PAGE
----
オヤジ諸兄

English translation: gentlemen

GLOSSARY ENTRY (DERIVED FROM QUESTION BELOW)
Japanese term or phrase:オヤジ諸兄
English translation:gentlemen
Entered by: Shannon Morales

18:25 Jul 28, 2011
Japanese to English translations [PRO]
Marketing - Journalism / Magazine readers
Japanese term or phrase: オヤジ諸兄
In a magazine article about expensive Italian shoes, it says the shoes are already well-known among the オヤジ諸兄 who read the magazine. Consequently, I don't think oyaji should be translated with a *negative* connotation here. Any ideas?
Shannon Morales
United States
Local time: 22:44
gentlemen
Explanation:
If you are sure the author does not use it with any negative connotation, then perhaps "gentlemen" is a simple solution here.
Selected response from:

Katalin Horváth McClure
United States
Local time: 23:44
Grading comment
Thanks, Katalin. I decided to play it safe and use this. Thanks to Humbird as well for the explanation. It was my 1st time to see 諸兄, so I appreciate the info.
4 KudoZ points were awarded for this answer



Summary of answers provided
3 +2gentlemen
Katalin Horváth McClure
4Senior guys here
Pierrick Jaouen, CFA
4fellow mature citizens
humbird
4Older readers
Pierrick Jaouen, CFA


Discussion entries: 2





  

Answers


9 mins   confidence: Answerer confidence 3/5Answerer confidence 3/5 peer agreement (net): +2
gentlemen


Explanation:
If you are sure the author does not use it with any negative connotation, then perhaps "gentlemen" is a simple solution here.

Katalin Horváth McClure
United States
Local time: 23:44
Native speaker of: Native in HungarianHungarian
PRO pts in category: 4
Grading comment
Thanks, Katalin. I decided to play it safe and use this. Thanks to Humbird as well for the explanation. It was my 1st time to see 諸兄, so I appreciate the info.
Notes to answerer
Asker: Hi, Katalin. I'm starting to think that might work, too. I'm not SURE there's no negative sense, but based on the overall tone and the fact that they're speaking highly of the shoes throughout, it would be odd for them to disparage these "oyajis." ;)


Peer comments on this answer (and responses from the answerer)
agree  MariyaN (X)
2 hrs

agree  Carl Freire: Though I would tweak it and say "older gentlemen."
6 hrs
  -> I would decide based on the target audience, I mean if this is supposed to be a marketing type of text for men in the US, then it may be better not to say that, as it may drive away potential new customers (those that don't like to be called "older").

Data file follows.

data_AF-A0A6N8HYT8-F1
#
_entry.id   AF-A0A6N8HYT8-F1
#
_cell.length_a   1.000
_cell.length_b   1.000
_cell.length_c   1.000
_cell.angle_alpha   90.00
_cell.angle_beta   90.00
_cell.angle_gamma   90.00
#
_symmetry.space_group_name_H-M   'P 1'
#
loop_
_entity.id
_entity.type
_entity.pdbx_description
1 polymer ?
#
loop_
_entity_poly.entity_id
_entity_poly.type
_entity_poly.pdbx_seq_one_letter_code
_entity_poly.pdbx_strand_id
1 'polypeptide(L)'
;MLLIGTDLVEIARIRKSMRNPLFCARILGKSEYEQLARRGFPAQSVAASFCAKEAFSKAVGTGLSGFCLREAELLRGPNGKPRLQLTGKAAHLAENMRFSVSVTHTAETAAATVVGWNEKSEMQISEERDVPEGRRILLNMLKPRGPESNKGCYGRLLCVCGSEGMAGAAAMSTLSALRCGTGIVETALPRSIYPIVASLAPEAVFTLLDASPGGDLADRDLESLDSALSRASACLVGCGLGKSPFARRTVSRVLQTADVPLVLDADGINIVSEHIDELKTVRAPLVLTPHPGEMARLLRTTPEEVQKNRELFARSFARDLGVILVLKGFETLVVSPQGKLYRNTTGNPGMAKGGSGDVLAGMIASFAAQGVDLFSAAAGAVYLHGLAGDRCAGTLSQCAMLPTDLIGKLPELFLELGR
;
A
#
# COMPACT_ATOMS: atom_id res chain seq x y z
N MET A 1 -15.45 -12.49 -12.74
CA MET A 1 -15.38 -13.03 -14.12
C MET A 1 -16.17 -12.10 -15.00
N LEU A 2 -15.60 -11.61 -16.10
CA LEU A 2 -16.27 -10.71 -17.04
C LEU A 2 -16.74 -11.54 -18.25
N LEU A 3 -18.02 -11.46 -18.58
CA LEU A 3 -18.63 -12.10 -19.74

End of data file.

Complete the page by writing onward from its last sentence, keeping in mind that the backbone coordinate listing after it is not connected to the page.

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32 mins   confidence: Answerer confidence 4/5Answerer confidence 4/5
fellow mature citizens


Explanation:
A slightly twisted version. As you know 諸兄 is a honorific term, therefore never been used in negative way. So you're right, there's no such connotation here.
オヤジ as the way it's used here is a term of endearment, thus my answer.
One more note -- 諸兄 is a gender-specific word, but today is the age of political correctness, so it appears they use it like 諸兄姉 to includes opposite gender.
Nonetheless, it is obvious ladies are omitted here in your context, but having that said, I still like to include the later (to be on safe side).
HTH

humbird
Native speaker of: Native in JapaneseJapanese, Native in EnglishEnglish

Peer comments on this answer (and responses from the answerer)
neutral  Katalin Horváth McClure: Well, the shoes are for men. "citizens" can be controversial, and "mature" is not a word of endearment, IMHO. "fellow" is risky, too, especially if the author is young and/or a woman./I agree the Japanese is word of endearment. But English "mature" is not
2 hrs
  -> Sorry Katalin, you don't understand the essence of this Japanese. It is definitely a term of endearment. It is addressed to fellow guys or gals. Your comment is totally off the base.
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9 hrs   confidence: Answerer confidence 4/5Answerer confidence 4/5
Older readers


Explanation:
I would choose this formulation from the context provided.
Explanation:
"Older readers of "Leon" will certainly be familiar with..."
(younger readers would probably not know..)


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Note added at 9 час (2011-07-29 03:59:43 GMT)
--------------------------------------------------

Oyaji shokun has an endearing nuance which is lost in the translation here.


Pierrick Jaouen, CFA
France
Local time: 05:44
Works in field
Native speaker of: Native in EnglishEnglish, Native in FrenchFrench
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9 hrs   confidence: Answerer confidence 4/5Answerer confidence 4/5
Senior guys here


Explanation:
"senior guys here will be familiar.."
We keep the endearing nuance of oyaji shokun..
Sorry for the double entry..

--------------------------------------------------
Note added at 9 час (2011-07-29 04:03:34 GMT)
--------------------------------------------------

Or "senior chaps here"...

Pierrick Jaouen, CFA
France
Local time: 05:44
Works in field
Native speaker of: Native in EnglishEnglish, Native in FrenchFrench
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